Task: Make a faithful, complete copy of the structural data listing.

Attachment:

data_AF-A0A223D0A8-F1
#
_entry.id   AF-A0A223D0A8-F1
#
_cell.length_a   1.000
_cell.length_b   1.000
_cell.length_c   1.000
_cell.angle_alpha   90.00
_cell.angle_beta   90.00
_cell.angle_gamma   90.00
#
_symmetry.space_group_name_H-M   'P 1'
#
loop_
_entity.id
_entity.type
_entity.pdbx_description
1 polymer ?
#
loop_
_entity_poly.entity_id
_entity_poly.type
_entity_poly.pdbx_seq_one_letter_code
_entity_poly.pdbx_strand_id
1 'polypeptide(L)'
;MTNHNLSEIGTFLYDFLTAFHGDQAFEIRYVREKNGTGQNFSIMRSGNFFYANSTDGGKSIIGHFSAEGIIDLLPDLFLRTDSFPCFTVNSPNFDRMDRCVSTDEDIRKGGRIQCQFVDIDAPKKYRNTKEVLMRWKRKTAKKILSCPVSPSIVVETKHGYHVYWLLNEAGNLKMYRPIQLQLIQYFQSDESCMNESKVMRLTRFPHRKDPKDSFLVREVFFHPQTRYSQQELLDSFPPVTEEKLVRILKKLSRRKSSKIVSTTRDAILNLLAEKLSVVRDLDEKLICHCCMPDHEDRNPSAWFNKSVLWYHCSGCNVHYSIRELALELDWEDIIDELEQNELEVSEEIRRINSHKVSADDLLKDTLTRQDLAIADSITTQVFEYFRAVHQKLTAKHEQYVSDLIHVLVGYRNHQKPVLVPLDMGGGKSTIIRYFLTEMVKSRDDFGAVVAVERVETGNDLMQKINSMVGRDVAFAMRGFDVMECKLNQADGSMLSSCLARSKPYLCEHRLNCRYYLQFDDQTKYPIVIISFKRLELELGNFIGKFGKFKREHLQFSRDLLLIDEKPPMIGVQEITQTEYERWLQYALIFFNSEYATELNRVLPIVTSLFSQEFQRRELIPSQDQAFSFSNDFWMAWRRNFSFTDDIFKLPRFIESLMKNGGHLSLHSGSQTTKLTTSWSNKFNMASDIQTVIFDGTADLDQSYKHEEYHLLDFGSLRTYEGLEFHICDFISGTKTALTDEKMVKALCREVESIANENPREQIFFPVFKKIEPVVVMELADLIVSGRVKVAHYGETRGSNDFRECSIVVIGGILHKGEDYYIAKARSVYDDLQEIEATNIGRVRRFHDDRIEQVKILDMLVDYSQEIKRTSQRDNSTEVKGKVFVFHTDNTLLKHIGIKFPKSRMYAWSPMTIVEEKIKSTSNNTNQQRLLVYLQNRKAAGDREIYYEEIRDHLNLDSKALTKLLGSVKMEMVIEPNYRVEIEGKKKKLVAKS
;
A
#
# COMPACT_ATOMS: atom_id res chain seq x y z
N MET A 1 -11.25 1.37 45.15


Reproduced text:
data_AF-A0A223D0A8-F1
#
_entry.id   AF-A0A223D0A8-F1
#
_cell.length_a   1.000
_cell.length_b   1.000
_cell.length_c   1.000
_cell.angle_alpha   90.00
_cell.angle_beta   90.00
_cell.angle_gamma   90.00
#
_symmetry.space_group_name_H-M   'P 1'
#
loop_
_entity.id
_entity.type
_entity.pdbx_description
1 polymer ?
#
loop_
_entity_poly.entity_id
_entity_poly.type
_entity_poly.pdbx_seq_one_letter_code
_entity_poly.pdbx_strand_id
1 'polypeptide(L)'
;MTNHNLSEIGTFLYDFLTAFHGDQAFEIRYVREKNGTGQNFSIMRSGNFFYANSTDGGKSIIGHFSAEGIIDLLPDLFLRTDSFPCFTVNSPNFDRMDRCVSTDEDIRKGGRIQCQFVDIDAPKKYRNTKEVLMRWKRKTAKKILSCPVSPSIVVETKHGYHVYWLLNEAGNLKMYRPIQLQLIQYFQSDESCMNESKVMRLTRFPHRKDPKDSFLVREVFFHPQTRYSQQELLDSFPPVTEEKLVRILKKLSRRKSSKIVSTTRDAILNLLAEKLSVVRDLDEKLICHCCMPDHEDRNPSAWFNKSVLWYHCSGCNVHYSIRELALELDWEDIIDELEQNELEVSEEIRRINSHKVSADDLLKDTLTRQDLAIADSITTQVFEYFRAVHQKLTAKHEQYVSDLIHVLVGYRNHQKPVLVPLDMGGGKSTIIRYFLTEMVKSRDDFGAVVAVERVETGNDLMQKINSMVGRDVAFAMRGFDVMECKLNQADGSMLSSCLARSKPYLCEHRLNCRYYLQFDDQTKYPIVIISFKRLELELGNFIGKFGKFKREHLQFSRDLLLIDEKPPMIGVQEITQTEYERWLQYALIFFNSEYATELNRVLPIVTSLFSQEFQRRELIPSQDQAFSFSNDFWMAWRRNFSFTDDIFKLPRFIESLMKNGGHLSLHSGSQTTKLTTSWSNKFNMASDIQTVIFDGTADLDQSYKHEEYHLLDFGSLRTYEGLEFHICDFISGTKTALTDEKMVKALCREVESIANENPREQIFFPVFKKIEPVVVMELADLIVSGRVKVAHYGETRGSNDFRECSIVVIGGILHKGEDYYIAKARSVYDDLQEIEATNIGRVRRFHDDRIEQVKILDMLVDYSQEIKRTSQRDNSTEVKGKVFVFHTDNTLLKHIGIKFPKSRMYAWSPMTIVEEKIKSTSNNTNQQRLLVYLQNRKAAGDREIYYEEIRDHLNLDSKALTKLLGSVKMEMVIEPNYRVEIEGKKKKLVAKS
;
A
#
# COMPACT_ATOMS: atom_id res chain seq x y z
N MET A 1 -11.25 1.37 45.15